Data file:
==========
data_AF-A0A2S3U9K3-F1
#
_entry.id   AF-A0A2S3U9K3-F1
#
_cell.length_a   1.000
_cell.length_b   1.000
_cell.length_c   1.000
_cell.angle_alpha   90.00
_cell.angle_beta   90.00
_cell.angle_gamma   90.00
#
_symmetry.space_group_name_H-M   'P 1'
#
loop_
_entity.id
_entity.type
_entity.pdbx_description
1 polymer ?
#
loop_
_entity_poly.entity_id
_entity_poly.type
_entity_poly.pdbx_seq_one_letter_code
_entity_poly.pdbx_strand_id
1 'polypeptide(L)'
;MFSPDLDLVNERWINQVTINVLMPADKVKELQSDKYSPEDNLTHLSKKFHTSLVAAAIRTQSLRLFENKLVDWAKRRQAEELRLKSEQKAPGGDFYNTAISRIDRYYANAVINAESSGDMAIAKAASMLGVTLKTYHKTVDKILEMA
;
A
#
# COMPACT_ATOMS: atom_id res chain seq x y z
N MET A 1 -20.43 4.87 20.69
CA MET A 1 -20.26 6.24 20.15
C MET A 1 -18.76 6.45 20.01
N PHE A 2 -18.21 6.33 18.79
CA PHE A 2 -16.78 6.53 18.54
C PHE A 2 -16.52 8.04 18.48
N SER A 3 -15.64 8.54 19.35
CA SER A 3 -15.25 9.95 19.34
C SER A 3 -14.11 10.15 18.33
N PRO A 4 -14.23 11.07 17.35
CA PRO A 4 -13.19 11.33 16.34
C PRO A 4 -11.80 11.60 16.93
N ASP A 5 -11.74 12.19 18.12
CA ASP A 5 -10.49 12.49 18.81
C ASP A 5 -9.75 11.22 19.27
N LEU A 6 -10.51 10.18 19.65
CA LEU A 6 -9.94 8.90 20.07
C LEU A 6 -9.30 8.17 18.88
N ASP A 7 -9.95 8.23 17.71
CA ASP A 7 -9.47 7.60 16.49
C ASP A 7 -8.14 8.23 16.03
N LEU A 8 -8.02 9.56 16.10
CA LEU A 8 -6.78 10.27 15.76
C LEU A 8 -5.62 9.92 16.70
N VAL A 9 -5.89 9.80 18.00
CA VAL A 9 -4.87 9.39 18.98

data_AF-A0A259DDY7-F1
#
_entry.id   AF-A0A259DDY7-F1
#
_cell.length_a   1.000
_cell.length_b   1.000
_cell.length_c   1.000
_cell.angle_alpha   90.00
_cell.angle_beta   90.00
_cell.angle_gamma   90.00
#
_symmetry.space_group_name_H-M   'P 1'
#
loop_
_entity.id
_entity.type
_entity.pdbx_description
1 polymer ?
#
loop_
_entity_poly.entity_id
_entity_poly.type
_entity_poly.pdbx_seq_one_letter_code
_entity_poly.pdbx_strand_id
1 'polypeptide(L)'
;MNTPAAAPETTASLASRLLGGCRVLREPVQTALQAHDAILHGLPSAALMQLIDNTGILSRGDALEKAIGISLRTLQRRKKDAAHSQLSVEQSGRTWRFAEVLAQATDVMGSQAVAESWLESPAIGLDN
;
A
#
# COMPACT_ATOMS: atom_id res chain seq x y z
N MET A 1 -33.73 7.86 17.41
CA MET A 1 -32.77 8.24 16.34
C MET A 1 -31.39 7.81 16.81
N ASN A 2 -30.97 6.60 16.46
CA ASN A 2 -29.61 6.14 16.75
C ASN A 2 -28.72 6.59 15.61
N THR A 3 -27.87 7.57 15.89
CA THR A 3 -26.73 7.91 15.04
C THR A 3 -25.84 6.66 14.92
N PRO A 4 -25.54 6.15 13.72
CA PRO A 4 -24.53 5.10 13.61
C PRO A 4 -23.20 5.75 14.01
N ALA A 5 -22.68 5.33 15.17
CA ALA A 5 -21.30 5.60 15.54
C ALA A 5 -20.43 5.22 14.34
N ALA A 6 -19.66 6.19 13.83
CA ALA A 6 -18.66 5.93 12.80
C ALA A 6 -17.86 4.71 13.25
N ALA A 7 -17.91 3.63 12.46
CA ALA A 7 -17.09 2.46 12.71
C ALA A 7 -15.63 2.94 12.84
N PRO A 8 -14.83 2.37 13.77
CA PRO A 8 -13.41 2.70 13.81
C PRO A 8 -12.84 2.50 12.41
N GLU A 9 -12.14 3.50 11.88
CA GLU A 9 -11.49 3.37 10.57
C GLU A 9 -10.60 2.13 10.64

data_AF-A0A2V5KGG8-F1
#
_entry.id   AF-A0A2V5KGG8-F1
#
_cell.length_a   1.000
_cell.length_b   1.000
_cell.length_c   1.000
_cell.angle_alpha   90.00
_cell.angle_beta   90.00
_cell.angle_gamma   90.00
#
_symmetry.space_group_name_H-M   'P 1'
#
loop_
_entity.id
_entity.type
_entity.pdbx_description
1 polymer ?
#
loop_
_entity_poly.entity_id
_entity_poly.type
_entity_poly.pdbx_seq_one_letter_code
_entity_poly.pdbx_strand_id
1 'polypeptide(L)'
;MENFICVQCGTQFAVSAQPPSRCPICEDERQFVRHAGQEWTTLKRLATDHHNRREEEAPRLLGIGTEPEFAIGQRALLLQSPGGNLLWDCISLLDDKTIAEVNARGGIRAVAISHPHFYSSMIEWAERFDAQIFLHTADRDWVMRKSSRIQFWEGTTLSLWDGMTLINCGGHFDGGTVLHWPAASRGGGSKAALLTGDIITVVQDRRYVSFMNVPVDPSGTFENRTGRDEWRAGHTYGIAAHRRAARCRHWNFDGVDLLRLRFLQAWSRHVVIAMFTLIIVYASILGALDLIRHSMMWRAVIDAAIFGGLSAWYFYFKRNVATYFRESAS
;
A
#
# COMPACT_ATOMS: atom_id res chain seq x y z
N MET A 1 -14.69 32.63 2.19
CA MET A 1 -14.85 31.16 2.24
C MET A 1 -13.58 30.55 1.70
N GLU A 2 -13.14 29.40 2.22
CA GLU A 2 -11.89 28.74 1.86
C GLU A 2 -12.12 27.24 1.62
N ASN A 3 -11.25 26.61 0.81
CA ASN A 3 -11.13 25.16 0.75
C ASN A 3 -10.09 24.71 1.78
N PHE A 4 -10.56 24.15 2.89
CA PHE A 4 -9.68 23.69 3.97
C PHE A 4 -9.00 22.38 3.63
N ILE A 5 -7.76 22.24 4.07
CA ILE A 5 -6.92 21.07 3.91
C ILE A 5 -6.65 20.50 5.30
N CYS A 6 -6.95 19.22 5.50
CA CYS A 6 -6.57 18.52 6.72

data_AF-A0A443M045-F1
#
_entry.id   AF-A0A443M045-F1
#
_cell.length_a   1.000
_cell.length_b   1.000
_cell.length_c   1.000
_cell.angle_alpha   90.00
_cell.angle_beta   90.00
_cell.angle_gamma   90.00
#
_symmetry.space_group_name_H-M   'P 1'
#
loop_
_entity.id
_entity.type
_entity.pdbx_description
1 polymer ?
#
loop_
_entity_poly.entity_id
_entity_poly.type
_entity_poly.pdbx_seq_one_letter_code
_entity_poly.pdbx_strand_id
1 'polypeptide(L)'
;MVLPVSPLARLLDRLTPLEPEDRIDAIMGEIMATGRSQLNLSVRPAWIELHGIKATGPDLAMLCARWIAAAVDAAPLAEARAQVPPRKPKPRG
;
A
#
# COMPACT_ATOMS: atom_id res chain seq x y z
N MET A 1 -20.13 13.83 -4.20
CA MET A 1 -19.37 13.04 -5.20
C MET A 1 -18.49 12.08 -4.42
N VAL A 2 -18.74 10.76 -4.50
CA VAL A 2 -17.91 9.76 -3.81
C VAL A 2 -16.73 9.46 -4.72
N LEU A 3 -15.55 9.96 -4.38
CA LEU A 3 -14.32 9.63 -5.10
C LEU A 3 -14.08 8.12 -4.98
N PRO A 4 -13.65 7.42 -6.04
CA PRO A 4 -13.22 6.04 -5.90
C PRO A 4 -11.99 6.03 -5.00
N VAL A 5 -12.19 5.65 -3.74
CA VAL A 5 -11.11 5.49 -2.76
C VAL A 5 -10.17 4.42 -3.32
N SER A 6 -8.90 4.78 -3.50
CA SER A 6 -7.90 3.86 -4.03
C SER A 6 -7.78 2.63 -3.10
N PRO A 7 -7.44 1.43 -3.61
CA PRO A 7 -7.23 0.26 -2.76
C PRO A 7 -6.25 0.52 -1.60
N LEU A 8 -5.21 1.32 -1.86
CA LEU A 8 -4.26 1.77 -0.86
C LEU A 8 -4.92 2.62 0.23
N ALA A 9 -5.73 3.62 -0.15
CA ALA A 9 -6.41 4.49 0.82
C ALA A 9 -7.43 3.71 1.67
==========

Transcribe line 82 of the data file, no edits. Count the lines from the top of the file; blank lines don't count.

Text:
;MNTPAAAPETTASLASRLLGGCRVLREPVQTALQAHDAILHGLPSAALMQLIDNTGILSRGDALEKAIGISLRTLQRRKKDAAHSQLSVEQSGRTWRFAEVLAQATDVMGSQAVAESWLESPAIGLDN